Monday, November 30, 2009

Rosenblum: Local TV is Like GM

Michael Rosenblum is cited on Lost Remote with another insightful commentary on local TV. Rosenblum, in an interview, compares local TV to GM, but there will be no bailout.

"They know how to do things in the 1950's. They still do it that way. They cannot bring themselves to change. The change that is required for them to survive, is essentially to have to burn the place to the ground," Rosenblum said in an interview with Mark Joyella.

Ignoring the amusing hyperbole around "death, and GM and burning," Rosenblum is right. Old media needs to be more efficient, in an extreme way. The top line and thus the margins won't be there to support the infrastructure and headcount in the future. They need to revamp their cost structures and start by asking, "is that WSI (or other expensive hardware) system worth it? Is this building worth it? Do I need this chopper or five live trucks?"

Rosenblum says they must burn the station to the ground because the stations are full of absurdly expensive gear and people and the institutions can't help but perpetuate themselves because it is all they know. It is their livelihood. Local TV (and media for that matter) is competing more and more with organizations and individuals with much cheaper gear such as streaming servers, pro-sumer cameras, etc. They don't have to pay for expensive engineers, broadcast towers, million Watt radars, etc.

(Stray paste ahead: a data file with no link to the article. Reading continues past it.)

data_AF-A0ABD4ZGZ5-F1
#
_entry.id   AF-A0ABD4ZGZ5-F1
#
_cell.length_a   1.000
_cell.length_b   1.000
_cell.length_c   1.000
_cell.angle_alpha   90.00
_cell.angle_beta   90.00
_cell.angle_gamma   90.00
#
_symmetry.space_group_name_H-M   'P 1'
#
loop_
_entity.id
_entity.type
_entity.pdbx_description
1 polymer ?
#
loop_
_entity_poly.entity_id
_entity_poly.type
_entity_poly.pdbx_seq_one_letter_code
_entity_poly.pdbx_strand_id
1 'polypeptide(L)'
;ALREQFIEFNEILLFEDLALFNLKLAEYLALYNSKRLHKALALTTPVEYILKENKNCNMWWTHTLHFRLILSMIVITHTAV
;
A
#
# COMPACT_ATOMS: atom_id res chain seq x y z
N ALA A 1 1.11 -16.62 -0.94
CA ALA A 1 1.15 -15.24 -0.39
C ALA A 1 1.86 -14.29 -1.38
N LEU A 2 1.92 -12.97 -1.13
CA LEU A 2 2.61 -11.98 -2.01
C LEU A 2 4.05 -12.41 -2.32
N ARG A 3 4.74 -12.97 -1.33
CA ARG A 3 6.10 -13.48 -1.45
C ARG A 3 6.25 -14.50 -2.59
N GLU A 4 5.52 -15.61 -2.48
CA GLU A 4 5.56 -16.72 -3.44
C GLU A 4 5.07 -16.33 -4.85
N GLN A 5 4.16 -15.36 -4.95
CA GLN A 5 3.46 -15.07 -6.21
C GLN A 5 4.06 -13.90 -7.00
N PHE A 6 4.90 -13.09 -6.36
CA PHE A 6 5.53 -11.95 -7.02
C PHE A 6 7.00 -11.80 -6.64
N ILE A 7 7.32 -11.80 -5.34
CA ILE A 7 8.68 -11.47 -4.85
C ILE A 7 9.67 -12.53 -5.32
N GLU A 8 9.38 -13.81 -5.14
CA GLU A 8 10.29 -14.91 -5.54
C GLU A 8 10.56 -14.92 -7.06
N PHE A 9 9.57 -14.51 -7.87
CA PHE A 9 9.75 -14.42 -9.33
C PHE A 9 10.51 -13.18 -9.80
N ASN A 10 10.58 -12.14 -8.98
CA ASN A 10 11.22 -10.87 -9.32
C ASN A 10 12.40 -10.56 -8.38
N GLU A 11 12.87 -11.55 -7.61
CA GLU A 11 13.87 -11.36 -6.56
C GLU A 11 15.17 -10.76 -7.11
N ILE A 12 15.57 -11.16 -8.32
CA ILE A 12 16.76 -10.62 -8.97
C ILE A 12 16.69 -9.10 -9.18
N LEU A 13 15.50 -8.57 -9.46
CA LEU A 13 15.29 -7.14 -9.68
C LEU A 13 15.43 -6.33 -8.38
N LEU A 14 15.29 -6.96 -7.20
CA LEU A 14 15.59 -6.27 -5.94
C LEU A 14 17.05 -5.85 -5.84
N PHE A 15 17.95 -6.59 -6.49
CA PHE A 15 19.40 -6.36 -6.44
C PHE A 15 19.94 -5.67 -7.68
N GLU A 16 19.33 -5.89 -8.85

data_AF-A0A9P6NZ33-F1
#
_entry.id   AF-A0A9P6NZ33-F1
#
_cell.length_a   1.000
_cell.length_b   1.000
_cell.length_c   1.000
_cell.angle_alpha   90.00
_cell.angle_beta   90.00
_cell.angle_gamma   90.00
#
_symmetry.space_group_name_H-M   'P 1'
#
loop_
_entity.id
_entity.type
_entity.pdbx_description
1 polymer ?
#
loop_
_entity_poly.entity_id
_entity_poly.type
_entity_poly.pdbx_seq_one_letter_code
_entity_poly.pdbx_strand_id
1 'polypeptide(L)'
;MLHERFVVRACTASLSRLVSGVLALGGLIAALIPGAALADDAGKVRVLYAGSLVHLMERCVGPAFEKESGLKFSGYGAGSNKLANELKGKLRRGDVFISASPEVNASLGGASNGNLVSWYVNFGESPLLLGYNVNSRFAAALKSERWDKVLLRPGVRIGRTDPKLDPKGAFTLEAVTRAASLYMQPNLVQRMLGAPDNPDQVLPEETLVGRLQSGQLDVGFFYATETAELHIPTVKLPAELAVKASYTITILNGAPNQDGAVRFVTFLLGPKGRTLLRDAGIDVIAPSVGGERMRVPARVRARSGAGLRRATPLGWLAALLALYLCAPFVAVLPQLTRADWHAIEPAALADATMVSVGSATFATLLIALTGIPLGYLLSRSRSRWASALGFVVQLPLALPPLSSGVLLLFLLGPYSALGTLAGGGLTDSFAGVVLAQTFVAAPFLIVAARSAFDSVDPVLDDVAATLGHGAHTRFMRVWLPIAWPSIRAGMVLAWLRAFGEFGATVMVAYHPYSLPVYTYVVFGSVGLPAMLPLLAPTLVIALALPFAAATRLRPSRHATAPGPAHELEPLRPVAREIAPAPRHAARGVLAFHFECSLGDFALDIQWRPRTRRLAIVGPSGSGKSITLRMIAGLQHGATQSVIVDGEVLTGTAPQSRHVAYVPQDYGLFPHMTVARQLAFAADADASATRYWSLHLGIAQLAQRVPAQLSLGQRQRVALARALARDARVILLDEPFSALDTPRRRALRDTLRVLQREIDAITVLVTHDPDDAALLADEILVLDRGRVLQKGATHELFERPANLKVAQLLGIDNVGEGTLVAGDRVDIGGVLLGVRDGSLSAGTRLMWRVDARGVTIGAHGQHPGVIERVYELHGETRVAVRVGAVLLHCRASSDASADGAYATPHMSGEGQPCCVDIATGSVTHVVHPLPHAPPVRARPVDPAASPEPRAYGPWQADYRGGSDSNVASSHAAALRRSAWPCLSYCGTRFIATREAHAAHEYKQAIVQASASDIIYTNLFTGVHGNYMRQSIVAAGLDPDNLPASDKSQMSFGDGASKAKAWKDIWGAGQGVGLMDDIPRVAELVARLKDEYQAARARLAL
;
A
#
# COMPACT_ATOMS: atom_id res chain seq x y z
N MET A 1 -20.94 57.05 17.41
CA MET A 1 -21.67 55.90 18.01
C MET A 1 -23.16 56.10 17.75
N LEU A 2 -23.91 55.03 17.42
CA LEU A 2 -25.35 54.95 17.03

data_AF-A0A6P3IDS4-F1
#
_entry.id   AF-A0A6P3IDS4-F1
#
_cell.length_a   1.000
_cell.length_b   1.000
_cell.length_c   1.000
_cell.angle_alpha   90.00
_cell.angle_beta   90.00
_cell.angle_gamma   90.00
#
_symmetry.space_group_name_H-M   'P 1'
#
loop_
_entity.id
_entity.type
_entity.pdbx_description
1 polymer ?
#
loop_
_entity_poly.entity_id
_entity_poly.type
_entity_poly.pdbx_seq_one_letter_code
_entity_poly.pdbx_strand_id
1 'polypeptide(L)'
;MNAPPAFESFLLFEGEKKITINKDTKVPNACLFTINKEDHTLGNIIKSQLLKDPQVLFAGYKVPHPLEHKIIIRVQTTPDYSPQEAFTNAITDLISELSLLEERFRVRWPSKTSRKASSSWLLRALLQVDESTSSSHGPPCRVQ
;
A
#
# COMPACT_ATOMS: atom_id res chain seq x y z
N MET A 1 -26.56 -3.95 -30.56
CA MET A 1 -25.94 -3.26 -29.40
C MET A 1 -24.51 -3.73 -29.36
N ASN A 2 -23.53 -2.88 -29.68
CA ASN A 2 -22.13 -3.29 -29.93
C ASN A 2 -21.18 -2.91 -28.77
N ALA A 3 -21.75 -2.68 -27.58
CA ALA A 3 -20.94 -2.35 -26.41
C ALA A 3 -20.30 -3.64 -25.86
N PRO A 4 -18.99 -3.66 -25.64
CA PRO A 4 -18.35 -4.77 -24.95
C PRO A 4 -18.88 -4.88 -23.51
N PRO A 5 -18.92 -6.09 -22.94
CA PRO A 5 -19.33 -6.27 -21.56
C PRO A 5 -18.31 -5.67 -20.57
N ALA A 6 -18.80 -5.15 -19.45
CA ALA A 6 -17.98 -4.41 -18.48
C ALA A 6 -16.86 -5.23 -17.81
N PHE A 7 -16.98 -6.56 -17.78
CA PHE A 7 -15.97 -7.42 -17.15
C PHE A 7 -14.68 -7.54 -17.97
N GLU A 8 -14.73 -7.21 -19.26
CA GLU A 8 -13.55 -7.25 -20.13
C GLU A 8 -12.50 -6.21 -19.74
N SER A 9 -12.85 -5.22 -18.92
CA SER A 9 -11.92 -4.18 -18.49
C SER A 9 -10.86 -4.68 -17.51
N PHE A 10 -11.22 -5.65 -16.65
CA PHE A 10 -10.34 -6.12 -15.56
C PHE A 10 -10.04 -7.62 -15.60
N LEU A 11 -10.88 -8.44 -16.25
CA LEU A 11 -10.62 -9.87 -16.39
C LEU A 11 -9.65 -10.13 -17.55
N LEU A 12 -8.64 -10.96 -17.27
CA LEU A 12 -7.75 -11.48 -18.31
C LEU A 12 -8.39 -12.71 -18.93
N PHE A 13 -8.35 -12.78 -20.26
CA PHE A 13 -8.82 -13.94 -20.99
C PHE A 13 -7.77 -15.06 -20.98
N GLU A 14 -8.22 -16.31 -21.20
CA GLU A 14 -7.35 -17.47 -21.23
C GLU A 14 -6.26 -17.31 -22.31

"When Google does Google News in New York with video. It ain't gonna start in the CBS building with a chopper," Rosenblum said.

Rosenblum is correct, but how does TV evolve? They still have existing costs that must be supported by existing customers and clients.

I would start by committing to build a separate news and information Web site (or networks of sites) with a dedicated P&L and staff. I would incubate that interactive initiative and let it function unencumbered from the biases of the legacy organization. The station management would limited in their ability to drive or influence the organization. Most stations have abandoned the newsroom within a newsroom approach in favor of cross training the TV staff on interactive. This is proving a a painful strategy that is strangling the interactive initiatives.

In all of this, the one media type that may have the best chance to succeed in this change is the newspaper. The newspaper organizations have already been cut to the bone. Their reporters are free of the vestiges of traditional TV production values and their buildings are free of the expensive TV equipment. They are already slashing print production costs or are shutting down the print portions of their businesses.